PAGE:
CSUN’s faculty senate met to discuss the Affordable Learning Solutions Resolution and faculty elections in the Jack and Florence Ferman presentation room Feb. 18.
Reports by the Educational Policies Committee were presented as well as provost and CFA reports.
The meeting was mediated by faculty president, Adam Swenson. In attendance were professors from various departments at CSUN and executive members.
Laurie Borchard, coordinator of Affordable Learning Solutions, introduced a resolution from the chancellor’s office to improve the students’ quality of education and access to textbooks.
The initiative, called the “Resolution of the Academic Technology Committee,” aims to make textbooks more affordable and assist students in accessing available resources on campus.
The California College Textbook Affordability Act was passed in 2015. In order to request funding through this act, the state senate had to adopt the resolution, and it passed by a unanimous vote.
During the open discussion on the resolution, Cheryl Spector, director of Academic First Year Experiences, stood out among the quiet room by offering positive insight on the resolution.
“I’m unable to think of any drawbacks … there is no reason to oppose this,” Spector said. “I found it to be well written, carefully worded, and provided sufficient degrees of freedom for the faculty to do what is right and what is best for the students.”
Bruce E. Shapiro, director of math, was concerned with the section stating that quality, peer-reviewed materials would be in stock.
“There are still not sufficient peer-reviewed materials, and I don’t think there is anything to give faculty incentive,” Shapiro said. “If they can’t find easily a good quality material, they will just order a $300 textbook online.”
Although the resolution is new and has not yet been proven effective, some believe it will be a positive change in education, making it easier for students to access course materials
Faculty members also made announcements about future endeavors on campus.
Veda Ward, faculty representative for Associated Students, promoted the student government and suggested that faculty be involved and attend at least one meeting.
The faculty athletic representative, Dr. Ed Jackiewicz, spoke on behalf of the athletic department in regard to student athletes on campus.
“My primary objective is to make sure they succeed academically,” Jackiewicz said.
Athletes with a grade point average of 3.5 and higher were awarded a free breakfast. Eighty four of the 350 athletes were able to meet that goal.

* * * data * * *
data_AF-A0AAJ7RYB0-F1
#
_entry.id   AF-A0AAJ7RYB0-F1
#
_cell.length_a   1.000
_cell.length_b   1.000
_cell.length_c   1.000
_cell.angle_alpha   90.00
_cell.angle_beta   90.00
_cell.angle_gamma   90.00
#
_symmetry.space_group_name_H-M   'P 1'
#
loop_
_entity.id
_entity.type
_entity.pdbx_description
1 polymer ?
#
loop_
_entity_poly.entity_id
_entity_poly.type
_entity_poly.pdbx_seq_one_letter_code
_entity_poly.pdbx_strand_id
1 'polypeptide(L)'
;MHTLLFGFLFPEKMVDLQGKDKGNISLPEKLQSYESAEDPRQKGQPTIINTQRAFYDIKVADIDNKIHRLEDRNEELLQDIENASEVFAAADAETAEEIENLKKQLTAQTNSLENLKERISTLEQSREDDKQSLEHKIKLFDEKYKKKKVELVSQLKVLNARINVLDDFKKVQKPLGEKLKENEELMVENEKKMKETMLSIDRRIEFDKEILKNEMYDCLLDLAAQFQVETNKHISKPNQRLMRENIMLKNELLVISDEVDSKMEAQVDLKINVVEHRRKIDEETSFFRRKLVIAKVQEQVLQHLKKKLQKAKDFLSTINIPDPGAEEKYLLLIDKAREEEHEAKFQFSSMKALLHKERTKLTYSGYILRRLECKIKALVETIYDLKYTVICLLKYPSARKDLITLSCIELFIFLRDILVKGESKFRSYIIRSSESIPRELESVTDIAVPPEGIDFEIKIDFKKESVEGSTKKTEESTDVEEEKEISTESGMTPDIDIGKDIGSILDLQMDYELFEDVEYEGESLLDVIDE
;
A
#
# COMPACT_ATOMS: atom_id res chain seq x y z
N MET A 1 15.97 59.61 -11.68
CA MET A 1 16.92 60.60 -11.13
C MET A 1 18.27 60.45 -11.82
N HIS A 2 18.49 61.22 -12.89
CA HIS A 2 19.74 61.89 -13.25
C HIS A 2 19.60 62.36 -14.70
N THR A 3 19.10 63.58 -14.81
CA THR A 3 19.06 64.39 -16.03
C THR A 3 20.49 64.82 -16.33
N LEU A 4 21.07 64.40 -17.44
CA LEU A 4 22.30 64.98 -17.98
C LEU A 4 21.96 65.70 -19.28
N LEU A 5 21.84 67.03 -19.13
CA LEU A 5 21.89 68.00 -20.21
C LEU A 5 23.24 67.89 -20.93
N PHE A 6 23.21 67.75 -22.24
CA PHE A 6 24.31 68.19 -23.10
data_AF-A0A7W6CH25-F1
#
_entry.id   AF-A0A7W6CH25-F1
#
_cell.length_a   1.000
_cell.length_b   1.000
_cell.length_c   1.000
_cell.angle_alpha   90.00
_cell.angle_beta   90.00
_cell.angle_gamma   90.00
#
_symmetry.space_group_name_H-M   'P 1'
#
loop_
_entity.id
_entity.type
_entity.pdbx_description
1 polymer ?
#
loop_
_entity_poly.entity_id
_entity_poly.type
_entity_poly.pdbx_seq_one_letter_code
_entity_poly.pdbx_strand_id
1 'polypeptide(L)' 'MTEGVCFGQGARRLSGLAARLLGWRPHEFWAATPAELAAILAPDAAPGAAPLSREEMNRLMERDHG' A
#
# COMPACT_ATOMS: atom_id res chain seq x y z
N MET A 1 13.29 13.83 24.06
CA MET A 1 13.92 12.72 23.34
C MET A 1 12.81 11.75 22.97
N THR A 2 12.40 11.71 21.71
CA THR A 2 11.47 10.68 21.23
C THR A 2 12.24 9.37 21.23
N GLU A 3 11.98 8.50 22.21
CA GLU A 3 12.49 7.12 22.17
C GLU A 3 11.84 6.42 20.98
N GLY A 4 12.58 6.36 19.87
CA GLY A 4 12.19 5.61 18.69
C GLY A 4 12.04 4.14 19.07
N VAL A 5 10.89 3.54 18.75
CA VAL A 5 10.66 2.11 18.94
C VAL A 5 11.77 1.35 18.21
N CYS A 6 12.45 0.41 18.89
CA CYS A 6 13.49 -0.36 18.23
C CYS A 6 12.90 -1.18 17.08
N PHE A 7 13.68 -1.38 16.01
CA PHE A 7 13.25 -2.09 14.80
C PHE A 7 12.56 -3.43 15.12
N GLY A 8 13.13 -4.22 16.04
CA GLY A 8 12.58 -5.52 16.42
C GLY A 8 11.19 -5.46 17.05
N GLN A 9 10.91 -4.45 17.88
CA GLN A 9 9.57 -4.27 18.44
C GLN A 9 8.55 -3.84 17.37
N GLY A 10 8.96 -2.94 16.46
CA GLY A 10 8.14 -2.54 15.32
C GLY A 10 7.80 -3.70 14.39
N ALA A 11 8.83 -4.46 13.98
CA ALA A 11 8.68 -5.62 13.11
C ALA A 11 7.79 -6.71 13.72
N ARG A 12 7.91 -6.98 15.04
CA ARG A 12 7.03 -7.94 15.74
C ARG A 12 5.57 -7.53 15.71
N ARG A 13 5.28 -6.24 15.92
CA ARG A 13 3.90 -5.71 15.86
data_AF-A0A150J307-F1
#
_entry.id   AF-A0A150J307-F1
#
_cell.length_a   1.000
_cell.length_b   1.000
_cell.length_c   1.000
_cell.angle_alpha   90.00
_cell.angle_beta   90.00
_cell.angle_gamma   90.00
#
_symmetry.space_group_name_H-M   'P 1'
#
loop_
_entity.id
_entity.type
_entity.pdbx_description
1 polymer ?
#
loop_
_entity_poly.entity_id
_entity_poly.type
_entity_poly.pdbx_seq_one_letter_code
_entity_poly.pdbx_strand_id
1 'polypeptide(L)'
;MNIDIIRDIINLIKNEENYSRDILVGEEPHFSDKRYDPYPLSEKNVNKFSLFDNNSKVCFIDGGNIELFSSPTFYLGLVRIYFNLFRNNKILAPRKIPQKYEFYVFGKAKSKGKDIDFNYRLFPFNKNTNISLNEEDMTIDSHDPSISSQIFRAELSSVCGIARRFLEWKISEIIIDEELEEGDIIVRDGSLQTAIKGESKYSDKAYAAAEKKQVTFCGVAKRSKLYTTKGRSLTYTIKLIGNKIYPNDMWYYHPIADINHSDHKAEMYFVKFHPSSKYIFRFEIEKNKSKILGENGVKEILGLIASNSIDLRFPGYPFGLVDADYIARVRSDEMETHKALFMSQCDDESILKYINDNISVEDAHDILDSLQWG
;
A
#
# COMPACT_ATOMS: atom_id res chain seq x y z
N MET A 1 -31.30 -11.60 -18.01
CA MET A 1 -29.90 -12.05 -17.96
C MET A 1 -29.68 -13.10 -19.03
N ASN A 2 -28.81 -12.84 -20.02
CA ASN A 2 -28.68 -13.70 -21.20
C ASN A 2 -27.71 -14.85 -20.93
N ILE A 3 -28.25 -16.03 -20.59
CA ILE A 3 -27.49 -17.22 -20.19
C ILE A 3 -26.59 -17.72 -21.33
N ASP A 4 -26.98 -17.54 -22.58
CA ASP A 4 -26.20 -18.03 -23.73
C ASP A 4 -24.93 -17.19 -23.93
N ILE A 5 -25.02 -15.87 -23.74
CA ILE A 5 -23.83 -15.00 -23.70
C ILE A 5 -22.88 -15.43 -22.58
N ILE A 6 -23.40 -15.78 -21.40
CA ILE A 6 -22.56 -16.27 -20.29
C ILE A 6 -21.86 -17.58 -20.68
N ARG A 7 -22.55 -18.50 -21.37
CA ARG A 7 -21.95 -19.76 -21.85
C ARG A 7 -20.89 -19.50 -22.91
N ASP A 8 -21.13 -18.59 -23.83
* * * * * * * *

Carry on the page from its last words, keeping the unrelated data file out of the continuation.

Jackiewicz also spoke about getting athletes more involved in campus life and creating opportunities for faculty to get involved with student athletics.
In response to the progress of the Intercollegiate Athletics Advisory Council, student athletes are now only allowed one online class per semester.
The Educational Policies discussion was led by Larry Becker, chair of the EPC, and Liz Adams, associate vice president of Undergraduate Studies. A small change was made in response to the executive order by the chancellor’s office. In order for students to receive credit for general education basic skills courses, they must get a C or better in the course. The writing counsel has recommended that students who test into college-level writing should be allowed two semesters to complete the requirement. This would allow the department to spread out the enrollment and allows advisors flexibility.
In the provost report, Yi Li promoted creating more office spaces for faculty so each professor has their own office space. This was a priority regarding space management from the cabinet meeting mandate.
At the close of the meeting, Statewide Academic Senator Jerald Schutte introduced the Statewide Academic Senate CSU report and answered questions by the senate.
Funding to the school by the department of finance is tying the money to four-year success rates now instead of six-year success rates. The academic planning subcommittee resolution is to have students complete school within four years and increase the success rates of students of full-time equivalent status, meaning that the student is enrolled in 15 units per semester.
Schutte also briefly announced the potential organized CFA strike.
“Whether it happens or not depends on whether the people of the chancellor’s committee and on the negotiating committee come to the table or not,” Schutte said, “but we are watching with great intention.”
CFA President Nate Thomas was not in attendance but was scheduled to respond to questions on the latest CFA report and on the potential strike.
The rest of the meeting was composed of several senate elections, including faculty officers, statewide academic senator and executive committee member.